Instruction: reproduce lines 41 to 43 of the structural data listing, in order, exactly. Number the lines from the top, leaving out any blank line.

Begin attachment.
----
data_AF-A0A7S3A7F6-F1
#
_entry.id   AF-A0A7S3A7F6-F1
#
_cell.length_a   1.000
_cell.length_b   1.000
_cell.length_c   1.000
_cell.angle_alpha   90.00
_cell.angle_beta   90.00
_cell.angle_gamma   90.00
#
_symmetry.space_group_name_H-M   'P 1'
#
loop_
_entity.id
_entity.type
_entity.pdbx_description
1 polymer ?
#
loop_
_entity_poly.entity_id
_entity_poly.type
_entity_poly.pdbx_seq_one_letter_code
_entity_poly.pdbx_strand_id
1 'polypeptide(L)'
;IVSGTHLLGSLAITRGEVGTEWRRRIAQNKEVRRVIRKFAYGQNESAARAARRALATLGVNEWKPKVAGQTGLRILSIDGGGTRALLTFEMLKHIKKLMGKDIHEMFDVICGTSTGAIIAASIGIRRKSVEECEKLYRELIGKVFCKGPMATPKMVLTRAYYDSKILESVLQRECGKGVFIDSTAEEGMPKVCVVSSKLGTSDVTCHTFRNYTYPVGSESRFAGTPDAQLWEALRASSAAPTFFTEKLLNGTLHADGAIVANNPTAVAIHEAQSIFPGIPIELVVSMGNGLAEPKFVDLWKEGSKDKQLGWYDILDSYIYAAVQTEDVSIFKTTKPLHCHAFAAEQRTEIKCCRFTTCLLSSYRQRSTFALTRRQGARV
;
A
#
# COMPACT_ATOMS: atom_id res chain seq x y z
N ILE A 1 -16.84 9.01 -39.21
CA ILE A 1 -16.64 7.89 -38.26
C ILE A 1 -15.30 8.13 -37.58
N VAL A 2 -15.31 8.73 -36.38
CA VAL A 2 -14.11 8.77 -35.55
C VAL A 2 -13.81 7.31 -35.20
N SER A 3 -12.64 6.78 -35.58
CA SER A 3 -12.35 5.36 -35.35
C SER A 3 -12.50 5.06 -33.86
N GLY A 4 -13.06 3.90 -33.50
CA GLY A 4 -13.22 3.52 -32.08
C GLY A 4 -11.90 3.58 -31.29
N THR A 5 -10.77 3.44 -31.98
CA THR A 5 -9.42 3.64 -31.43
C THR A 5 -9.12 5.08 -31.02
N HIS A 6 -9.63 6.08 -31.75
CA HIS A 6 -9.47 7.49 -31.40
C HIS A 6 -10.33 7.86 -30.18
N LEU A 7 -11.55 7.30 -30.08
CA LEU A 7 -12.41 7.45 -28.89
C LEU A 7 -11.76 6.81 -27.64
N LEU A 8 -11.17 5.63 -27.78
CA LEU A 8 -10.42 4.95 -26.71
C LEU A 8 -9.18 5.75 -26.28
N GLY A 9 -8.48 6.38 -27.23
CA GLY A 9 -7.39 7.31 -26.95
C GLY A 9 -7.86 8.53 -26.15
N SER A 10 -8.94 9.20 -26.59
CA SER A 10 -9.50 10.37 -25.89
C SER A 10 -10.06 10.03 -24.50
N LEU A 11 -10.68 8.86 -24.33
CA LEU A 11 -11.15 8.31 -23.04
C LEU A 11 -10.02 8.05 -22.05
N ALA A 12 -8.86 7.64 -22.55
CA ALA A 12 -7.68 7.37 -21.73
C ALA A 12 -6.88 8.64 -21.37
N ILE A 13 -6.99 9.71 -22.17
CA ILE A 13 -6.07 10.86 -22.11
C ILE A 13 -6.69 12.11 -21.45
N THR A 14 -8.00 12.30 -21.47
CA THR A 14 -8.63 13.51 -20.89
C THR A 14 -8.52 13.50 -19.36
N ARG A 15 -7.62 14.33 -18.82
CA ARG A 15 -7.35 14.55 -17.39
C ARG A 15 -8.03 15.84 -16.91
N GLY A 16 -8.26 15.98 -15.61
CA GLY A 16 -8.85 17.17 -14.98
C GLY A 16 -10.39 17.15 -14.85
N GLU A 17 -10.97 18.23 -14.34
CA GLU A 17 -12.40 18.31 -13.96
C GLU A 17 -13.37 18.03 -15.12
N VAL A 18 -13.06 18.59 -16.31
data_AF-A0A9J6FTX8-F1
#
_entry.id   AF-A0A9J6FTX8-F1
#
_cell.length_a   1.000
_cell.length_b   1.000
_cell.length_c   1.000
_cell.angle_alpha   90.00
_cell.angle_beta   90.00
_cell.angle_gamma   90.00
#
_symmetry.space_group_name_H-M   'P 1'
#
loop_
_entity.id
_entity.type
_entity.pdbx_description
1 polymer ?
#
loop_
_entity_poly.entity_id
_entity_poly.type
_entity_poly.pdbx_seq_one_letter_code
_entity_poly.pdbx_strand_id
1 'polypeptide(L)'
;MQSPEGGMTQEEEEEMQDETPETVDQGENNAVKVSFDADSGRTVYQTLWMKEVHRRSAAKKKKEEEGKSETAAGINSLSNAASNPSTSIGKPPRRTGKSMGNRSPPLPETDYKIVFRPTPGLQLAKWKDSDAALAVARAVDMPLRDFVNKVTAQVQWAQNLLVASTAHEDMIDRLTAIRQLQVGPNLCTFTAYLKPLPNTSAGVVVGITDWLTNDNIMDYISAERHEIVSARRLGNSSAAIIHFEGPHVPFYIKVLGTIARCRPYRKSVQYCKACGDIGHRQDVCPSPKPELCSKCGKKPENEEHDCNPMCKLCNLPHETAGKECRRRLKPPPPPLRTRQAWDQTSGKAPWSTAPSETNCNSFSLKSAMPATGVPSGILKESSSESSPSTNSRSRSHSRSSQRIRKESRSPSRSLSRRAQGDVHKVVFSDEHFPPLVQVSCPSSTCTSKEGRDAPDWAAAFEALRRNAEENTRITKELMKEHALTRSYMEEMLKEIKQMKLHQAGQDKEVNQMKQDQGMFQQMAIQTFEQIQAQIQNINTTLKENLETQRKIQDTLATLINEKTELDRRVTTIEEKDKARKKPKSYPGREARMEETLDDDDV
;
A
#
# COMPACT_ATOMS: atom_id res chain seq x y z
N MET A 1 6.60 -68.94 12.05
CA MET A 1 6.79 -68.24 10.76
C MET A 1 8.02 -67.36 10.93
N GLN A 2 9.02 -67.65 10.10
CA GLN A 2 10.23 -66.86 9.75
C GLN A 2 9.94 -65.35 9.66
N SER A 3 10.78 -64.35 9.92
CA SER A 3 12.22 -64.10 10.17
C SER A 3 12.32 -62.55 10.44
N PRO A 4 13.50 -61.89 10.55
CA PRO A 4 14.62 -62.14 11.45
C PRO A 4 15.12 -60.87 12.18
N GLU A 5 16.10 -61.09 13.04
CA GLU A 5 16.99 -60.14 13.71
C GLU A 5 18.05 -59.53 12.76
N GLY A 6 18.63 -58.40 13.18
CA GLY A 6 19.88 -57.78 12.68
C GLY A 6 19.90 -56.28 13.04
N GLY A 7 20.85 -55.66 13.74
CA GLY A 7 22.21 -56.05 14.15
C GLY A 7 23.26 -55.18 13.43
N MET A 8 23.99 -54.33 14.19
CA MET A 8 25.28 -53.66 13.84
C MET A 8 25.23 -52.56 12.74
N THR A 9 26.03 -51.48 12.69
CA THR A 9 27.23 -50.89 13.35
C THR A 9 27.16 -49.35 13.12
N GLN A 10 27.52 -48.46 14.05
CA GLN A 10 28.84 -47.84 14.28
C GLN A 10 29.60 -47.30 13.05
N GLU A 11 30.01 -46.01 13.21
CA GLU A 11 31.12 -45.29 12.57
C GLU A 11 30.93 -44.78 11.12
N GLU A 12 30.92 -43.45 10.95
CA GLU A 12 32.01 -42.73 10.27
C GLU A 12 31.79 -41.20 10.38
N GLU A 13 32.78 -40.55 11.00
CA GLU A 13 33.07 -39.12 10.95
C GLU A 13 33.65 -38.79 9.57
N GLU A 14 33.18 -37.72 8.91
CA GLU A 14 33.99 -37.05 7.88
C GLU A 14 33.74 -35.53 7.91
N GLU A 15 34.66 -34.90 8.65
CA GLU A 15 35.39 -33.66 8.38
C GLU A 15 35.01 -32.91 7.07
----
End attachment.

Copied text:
CA GLY A 4 -13.22 3.52 -32.08
C GLY A 4 -11.90 3.58 -31.29
N THR A 5 -10.77 3.44 -31.98